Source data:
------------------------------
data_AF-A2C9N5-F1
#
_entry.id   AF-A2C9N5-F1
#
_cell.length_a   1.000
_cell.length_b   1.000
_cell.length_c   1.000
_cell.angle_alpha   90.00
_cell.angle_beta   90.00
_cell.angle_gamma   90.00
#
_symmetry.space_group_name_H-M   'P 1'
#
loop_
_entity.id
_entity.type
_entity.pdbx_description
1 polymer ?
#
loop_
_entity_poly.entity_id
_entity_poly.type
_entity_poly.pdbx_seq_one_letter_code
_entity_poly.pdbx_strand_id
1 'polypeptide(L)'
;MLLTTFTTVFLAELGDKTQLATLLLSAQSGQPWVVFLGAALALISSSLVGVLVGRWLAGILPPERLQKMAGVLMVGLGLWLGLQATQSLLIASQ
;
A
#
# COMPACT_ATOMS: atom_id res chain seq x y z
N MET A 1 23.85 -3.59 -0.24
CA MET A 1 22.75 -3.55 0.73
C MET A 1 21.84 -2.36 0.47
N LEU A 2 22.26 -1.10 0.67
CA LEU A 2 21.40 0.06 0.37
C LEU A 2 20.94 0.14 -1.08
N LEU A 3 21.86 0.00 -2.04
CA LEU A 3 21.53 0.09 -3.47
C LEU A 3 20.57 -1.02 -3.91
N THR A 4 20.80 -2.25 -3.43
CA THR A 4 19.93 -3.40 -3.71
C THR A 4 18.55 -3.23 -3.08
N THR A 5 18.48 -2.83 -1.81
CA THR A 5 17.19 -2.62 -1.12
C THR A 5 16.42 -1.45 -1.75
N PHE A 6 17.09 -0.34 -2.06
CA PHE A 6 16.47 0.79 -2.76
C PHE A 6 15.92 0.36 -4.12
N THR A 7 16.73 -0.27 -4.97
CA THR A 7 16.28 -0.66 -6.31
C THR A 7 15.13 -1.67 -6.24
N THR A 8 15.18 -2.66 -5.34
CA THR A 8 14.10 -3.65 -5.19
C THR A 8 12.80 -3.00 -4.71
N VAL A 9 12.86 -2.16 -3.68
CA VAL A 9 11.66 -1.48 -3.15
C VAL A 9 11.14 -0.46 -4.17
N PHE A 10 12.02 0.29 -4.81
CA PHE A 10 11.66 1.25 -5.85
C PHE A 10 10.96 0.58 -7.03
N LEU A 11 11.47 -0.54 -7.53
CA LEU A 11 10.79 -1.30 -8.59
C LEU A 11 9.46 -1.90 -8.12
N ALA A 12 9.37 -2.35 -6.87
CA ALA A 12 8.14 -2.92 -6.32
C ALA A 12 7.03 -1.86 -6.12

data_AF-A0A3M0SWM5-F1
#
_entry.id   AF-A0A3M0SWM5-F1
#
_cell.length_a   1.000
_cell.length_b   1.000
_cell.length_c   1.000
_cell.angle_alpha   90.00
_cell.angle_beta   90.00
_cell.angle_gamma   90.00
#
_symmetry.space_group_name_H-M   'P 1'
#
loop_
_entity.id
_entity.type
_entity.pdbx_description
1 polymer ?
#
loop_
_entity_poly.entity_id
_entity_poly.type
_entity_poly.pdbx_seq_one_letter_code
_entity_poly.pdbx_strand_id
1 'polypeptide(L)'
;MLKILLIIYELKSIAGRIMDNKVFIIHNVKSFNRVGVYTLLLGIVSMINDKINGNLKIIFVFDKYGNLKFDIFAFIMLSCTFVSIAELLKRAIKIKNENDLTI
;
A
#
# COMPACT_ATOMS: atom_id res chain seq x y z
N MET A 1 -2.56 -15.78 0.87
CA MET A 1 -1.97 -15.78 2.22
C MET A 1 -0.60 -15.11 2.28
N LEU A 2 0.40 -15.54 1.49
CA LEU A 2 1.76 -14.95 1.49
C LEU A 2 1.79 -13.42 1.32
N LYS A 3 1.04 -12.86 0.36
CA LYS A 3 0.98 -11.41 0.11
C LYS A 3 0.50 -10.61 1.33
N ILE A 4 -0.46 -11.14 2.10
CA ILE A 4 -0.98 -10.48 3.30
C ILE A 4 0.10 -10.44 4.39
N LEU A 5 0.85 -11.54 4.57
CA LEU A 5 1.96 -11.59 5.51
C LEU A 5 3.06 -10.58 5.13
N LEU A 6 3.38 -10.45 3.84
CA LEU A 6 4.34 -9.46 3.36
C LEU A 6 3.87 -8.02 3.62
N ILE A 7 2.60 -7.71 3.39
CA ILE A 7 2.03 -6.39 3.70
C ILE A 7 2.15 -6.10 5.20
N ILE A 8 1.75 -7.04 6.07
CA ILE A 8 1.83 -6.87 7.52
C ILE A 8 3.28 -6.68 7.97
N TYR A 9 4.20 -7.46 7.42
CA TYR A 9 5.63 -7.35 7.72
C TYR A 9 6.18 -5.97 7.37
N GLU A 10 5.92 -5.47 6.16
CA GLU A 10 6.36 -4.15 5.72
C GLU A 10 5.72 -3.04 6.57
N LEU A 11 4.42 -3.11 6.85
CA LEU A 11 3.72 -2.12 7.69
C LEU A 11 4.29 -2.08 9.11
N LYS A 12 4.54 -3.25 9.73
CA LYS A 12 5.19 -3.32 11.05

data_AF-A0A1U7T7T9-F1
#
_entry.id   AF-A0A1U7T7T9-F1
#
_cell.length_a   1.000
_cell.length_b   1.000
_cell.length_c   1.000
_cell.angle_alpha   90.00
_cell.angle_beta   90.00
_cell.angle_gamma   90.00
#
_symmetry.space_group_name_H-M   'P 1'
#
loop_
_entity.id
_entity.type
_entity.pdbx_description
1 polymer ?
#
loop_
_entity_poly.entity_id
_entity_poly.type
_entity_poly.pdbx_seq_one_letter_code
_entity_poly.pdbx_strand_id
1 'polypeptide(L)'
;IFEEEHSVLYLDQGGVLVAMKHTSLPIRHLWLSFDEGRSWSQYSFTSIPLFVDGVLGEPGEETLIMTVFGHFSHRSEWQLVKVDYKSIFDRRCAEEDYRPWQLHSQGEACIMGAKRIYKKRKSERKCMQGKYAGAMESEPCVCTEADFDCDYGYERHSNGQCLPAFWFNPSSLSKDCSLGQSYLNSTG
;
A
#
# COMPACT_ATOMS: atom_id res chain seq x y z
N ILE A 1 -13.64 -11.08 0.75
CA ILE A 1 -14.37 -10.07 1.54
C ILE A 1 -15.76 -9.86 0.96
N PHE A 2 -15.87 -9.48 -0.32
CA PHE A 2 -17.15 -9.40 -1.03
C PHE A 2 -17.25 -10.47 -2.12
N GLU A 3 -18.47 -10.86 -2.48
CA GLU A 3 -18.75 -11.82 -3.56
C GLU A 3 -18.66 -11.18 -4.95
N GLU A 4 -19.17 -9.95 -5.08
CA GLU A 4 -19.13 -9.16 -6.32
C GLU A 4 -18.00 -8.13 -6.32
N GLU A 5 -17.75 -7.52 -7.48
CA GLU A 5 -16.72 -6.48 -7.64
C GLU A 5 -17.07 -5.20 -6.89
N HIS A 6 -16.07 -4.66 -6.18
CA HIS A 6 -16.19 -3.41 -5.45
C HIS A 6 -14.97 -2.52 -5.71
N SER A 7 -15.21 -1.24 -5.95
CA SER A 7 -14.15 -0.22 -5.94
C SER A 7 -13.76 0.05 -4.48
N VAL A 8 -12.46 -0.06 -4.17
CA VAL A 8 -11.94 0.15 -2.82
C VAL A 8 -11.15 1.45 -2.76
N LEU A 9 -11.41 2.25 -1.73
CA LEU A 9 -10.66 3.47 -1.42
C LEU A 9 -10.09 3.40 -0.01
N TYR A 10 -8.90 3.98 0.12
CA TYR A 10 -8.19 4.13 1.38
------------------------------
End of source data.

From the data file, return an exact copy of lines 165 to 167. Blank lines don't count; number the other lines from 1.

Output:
N PHE A 2 -15.87 -9.48 -0.32
CA PHE A 2 -17.15 -9.40 -1.03
C PHE A 2 -17.25 -10.47 -2.12